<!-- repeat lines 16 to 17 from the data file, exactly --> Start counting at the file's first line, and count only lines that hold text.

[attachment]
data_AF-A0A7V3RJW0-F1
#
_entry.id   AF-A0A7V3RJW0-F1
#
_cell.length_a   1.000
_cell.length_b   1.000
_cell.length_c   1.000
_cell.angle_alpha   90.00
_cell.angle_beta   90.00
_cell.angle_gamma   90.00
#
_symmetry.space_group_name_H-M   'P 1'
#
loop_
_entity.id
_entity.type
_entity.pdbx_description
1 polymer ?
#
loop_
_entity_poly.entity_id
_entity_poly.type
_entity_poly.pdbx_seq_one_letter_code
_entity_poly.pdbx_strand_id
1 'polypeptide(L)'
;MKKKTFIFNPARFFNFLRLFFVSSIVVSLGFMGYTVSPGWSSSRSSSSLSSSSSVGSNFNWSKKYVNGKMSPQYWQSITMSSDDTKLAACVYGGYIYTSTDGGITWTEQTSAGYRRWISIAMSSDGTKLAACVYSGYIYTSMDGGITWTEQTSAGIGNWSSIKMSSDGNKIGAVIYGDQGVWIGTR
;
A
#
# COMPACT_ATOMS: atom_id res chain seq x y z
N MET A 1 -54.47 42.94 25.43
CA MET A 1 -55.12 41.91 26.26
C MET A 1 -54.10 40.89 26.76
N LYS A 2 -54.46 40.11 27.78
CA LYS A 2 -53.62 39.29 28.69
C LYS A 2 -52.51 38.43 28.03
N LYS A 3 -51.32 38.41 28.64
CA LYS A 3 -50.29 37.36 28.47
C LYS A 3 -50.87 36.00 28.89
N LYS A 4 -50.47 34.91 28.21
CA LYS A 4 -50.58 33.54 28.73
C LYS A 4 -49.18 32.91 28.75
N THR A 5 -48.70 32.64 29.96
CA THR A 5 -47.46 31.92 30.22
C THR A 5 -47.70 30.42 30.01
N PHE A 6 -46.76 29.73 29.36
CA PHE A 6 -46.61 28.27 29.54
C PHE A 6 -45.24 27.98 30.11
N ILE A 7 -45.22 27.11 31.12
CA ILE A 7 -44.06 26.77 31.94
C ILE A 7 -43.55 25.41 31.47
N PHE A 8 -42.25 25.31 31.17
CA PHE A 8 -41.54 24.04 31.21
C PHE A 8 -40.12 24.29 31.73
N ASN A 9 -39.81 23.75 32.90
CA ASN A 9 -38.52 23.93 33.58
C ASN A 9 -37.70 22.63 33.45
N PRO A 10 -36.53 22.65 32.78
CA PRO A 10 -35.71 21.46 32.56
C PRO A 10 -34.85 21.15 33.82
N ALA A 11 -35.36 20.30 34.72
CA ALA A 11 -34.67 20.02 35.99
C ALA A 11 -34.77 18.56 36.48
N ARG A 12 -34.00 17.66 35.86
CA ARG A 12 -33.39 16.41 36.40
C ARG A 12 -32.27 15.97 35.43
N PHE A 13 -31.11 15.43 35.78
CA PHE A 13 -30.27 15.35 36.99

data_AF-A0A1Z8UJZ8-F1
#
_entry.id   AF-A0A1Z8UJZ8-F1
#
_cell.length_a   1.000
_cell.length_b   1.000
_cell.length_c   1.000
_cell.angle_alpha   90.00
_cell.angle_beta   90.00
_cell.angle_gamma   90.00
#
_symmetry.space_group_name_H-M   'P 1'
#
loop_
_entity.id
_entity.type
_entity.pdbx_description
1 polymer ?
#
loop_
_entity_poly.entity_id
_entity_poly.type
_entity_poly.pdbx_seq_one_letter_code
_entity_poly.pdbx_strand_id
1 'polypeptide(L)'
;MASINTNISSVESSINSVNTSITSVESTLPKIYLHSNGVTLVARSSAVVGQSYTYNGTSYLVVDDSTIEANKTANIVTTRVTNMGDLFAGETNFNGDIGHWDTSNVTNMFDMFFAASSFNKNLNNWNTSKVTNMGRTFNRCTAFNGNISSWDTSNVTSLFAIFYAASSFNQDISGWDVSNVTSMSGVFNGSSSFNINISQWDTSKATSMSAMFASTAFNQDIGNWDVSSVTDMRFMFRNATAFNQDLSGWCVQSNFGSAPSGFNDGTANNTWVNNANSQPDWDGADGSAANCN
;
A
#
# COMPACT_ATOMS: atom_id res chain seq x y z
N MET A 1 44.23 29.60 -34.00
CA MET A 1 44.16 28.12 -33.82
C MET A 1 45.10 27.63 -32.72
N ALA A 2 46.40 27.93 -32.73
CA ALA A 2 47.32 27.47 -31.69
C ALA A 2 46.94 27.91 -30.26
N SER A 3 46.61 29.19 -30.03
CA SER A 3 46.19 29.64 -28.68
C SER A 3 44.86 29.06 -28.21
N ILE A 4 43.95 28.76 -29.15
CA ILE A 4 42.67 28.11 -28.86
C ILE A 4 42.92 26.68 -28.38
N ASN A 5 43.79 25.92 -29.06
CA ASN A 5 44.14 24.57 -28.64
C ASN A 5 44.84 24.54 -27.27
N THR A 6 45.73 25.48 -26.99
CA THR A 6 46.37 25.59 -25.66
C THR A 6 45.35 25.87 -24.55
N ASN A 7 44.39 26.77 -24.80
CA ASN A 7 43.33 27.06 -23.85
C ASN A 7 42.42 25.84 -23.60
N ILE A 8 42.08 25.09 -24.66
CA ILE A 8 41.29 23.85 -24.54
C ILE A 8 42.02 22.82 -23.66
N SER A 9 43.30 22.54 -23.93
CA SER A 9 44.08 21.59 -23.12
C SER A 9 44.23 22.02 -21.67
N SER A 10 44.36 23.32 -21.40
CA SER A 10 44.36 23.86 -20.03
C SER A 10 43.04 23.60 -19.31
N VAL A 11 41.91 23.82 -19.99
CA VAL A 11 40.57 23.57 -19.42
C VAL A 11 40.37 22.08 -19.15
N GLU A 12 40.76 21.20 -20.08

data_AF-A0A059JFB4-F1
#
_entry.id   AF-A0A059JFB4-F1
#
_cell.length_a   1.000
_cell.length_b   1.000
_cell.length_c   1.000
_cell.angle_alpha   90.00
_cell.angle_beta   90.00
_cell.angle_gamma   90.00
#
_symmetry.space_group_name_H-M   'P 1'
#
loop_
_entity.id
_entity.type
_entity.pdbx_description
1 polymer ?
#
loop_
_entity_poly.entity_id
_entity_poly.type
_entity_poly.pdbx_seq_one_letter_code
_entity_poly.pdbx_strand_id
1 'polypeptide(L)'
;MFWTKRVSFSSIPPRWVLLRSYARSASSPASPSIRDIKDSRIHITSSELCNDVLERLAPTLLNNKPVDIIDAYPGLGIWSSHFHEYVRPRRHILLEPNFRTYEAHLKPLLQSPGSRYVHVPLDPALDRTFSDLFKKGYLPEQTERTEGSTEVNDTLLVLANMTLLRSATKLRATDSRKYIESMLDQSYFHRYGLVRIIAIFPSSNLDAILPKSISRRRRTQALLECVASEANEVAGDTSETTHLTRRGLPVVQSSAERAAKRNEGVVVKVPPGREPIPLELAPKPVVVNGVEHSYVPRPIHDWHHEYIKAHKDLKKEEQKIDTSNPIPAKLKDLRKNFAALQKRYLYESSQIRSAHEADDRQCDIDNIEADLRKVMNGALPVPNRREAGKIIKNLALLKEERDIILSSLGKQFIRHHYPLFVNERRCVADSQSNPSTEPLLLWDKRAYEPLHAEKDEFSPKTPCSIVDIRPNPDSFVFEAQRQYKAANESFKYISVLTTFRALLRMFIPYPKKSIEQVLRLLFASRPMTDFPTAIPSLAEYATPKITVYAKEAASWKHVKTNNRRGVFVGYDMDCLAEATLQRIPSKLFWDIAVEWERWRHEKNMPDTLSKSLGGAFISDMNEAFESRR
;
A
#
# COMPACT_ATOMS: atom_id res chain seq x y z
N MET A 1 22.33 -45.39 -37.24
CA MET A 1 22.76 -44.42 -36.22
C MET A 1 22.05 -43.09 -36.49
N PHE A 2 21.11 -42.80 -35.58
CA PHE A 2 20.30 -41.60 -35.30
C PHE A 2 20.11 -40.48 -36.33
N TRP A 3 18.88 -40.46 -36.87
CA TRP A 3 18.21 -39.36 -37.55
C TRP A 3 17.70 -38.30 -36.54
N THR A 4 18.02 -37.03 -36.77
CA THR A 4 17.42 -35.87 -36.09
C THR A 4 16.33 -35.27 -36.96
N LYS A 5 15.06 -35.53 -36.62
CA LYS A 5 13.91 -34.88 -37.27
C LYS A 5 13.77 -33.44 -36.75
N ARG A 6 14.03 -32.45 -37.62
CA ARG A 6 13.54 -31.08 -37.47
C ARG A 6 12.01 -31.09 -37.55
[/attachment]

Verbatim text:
_entity.type
_entity.pdbx_description